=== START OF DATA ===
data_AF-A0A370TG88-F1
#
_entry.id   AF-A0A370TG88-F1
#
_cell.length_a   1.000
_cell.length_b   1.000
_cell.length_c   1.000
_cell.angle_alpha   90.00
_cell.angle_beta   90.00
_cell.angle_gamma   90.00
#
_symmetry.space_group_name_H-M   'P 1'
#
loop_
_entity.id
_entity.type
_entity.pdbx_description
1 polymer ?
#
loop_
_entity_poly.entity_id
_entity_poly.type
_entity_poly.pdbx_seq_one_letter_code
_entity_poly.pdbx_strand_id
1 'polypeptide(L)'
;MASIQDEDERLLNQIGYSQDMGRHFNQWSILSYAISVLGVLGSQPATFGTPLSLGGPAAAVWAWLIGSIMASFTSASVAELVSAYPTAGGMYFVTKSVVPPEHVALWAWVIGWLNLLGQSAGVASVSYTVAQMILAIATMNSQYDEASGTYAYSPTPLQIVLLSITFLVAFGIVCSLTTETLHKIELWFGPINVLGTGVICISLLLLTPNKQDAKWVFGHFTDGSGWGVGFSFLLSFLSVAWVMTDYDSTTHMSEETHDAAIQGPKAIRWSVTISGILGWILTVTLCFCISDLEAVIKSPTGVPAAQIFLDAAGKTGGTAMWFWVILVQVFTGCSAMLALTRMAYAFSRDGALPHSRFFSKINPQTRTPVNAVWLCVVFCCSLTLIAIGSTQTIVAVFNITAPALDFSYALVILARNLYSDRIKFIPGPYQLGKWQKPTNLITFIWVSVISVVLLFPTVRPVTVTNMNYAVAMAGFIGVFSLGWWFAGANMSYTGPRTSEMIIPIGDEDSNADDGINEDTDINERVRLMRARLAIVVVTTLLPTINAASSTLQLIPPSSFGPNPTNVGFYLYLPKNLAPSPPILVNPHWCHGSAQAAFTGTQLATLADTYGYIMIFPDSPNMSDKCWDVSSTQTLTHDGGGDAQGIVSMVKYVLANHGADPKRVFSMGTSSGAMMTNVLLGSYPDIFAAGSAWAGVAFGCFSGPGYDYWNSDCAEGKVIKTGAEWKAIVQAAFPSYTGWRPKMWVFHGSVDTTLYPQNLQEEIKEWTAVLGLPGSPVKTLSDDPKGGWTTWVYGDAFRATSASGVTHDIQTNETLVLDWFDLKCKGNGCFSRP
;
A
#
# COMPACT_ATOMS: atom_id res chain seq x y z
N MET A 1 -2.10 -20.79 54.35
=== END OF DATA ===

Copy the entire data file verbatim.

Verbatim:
data_AF-A0A370TG88-F1
#
_entry.id   AF-A0A370TG88-F1
#
_cell.length_a   1.000
_cell.length_b   1.000
_cell.length_c   1.000
_cell.angle_alpha   90.00
_cell.angle_beta   90.00
_cell.angle_gamma   90.00
#
_symmetry.space_group_name_H-M   'P 1'
#
loop_
_entity.id
_entity.type
_entity.pdbx_description
1 polymer ?
#
loop_
_entity_poly.entity_id
_entity_poly.type
_entity_poly.pdbx_seq_one_letter_code
_entity_poly.pdbx_strand_id
1 'polypeptide(L)'
;MASIQDEDERLLNQIGYSQDMGRHFNQWSILSYAISVLGVLGSQPATFGTPLSLGGPAAAVWAWLIGSIMASFTSASVAELVSAYPTAGGMYFVTKSVVPPEHVALWAWVIGWLNLLGQSAGVASVSYTVAQMILAIATMNSQYDEASGTYAYSPTPLQIVLLSITFLVAFGIVCSLTTETLHKIELWFGPINVLGTGVICISLLLLTPNKQDAKWVFGHFTDGSGWGVGFSFLLSFLSVAWVMTDYDSTTHMSEETHDAAIQGPKAIRWSVTISGILGWILTVTLCFCISDLEAVIKSPTGVPAAQIFLDAAGKTGGTAMWFWVILVQVFTGCSAMLALTRMAYAFSRDGALPHSRFFSKINPQTRTPVNAVWLCVVFCCSLTLIAIGSTQTIVAVFNITAPALDFSYALVILARNLYSDRIKFIPGPYQLGKWQKPTNLITFIWVSVISVVLLFPTVRPVTVTNMNYAVAMAGFIGVFSLGWWFAGANMSYTGPRTSEMIIPIGDEDSNADDGINEDTDINERVRLMRARLAIVVVTTLLPTINAASSTLQLIPPSSFGPNPTNVGFYLYLPKNLAPSPPILVNPHWCHGSAQAAFTGTQLATLADTYGYIMIFPDSPNMSDKCWDVSSTQTLTHDGGGDAQGIVSMVKYVLANHGADPKRVFSMGTSSGAMMTNVLLGSYPDIFAAGSAWAGVAFGCFSGPGYDYWNSDCAEGKVIKTGAEWKAIVQAAFPSYTGWRPKMWVFHGSVDTTLYPQNLQEEIKEWTAVLGLPGSPVKTLSDDPKGGWTTWVYGDAFRATSASGVTHDIQTNETLVLDWFDLKCKGNGCFSRP
;
A
#
# COMPACT_ATOMS: atom_id res chain seq x y z
N MET A 1 -2.10 -20.79 54.35